Latest update: November 14th, 2011
I have written on this topic for several years. Regrettably, the problem is still here and the message worth repeating.
The lazy relaxed days of summer are the conventional time for vacation. This is true not only for individuals, but for organizations and institutions as well. In many places and at many locations there is literally “no one at home.”
Synagogues often close the front office and only open for davening. Many rabbis and congregants are out-of-town. This lull is not a welcomed respite for those in need. When the doors of support services are shut, many suffer. It is, after all, a long hot summer.
Children in poor homes do not have school lunch and breakfast programs to supplement their diet during the summer. The price of food has gone up. Income has gone down. Many are out of work. There are families who can hardly put a meal on the table. People are hungry.
The need for air conditioning, especially for the frail, elderly, babies and children, is essential. No one would think that using heat in the midst of the freezing winter weather would be termed a luxury. Cooling in the brutal hot summer is also a necessity. The cost of electricity has soared. Unfortunately, every year we hear about the deaths of victims of heat waves.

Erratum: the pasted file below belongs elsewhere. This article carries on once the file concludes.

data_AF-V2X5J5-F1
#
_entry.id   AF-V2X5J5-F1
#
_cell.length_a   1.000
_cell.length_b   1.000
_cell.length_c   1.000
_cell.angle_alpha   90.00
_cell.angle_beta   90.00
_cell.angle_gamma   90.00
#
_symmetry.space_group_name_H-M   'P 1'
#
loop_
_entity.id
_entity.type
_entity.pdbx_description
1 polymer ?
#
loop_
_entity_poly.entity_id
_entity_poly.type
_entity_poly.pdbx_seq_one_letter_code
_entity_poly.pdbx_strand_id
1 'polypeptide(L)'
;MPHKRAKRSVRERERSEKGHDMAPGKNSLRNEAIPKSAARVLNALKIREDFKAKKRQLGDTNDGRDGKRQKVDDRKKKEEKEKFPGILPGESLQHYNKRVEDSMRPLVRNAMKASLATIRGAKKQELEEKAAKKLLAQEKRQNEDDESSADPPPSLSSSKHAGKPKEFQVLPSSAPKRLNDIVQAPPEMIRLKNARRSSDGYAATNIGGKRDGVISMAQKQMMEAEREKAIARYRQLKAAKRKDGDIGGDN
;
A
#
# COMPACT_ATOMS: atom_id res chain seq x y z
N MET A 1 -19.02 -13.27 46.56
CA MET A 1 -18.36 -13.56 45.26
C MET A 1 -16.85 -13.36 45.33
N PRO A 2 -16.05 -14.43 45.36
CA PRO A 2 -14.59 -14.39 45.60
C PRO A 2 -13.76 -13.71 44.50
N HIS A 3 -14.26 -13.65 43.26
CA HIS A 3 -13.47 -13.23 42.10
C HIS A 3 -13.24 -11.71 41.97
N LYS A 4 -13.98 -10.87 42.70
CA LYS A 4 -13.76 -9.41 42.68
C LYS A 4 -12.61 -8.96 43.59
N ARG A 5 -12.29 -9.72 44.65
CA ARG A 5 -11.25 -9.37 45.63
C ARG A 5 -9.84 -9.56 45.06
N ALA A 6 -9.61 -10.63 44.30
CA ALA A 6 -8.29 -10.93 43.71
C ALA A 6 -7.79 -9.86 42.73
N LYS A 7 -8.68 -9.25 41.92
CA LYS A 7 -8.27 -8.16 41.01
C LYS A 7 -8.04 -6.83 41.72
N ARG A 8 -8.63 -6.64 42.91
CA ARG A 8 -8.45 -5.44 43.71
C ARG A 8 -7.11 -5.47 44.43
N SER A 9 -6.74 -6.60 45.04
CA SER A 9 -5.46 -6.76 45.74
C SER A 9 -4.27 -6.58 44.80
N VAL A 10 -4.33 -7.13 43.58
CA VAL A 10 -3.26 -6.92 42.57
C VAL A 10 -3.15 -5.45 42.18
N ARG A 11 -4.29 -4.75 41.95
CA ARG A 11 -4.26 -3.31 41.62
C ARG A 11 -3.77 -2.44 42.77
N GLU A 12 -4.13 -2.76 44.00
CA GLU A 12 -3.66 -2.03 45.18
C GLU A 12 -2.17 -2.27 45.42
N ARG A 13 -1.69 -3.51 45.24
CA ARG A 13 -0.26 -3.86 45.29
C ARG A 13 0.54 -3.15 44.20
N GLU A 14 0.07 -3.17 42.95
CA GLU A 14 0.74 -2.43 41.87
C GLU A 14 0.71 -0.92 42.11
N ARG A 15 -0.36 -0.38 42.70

The reality of today’s economic times is rather exceptional. There are people who, until recently, were doing quite well. They felt secure in their field of employment and with their investments. They thought they were safe. Then they crashed. From the outside, their homes look comfortable. From the inside, the cupboards are bare and the mortgage has not been paid.
Does your community have resources all-year-round to help those who are struggling? The grim reality, especially in these tough times, is that there is no vacation from need.Shelley Benveniste
About the Author: Shelley Benveniste is South Florida editor of The Jewish Press.
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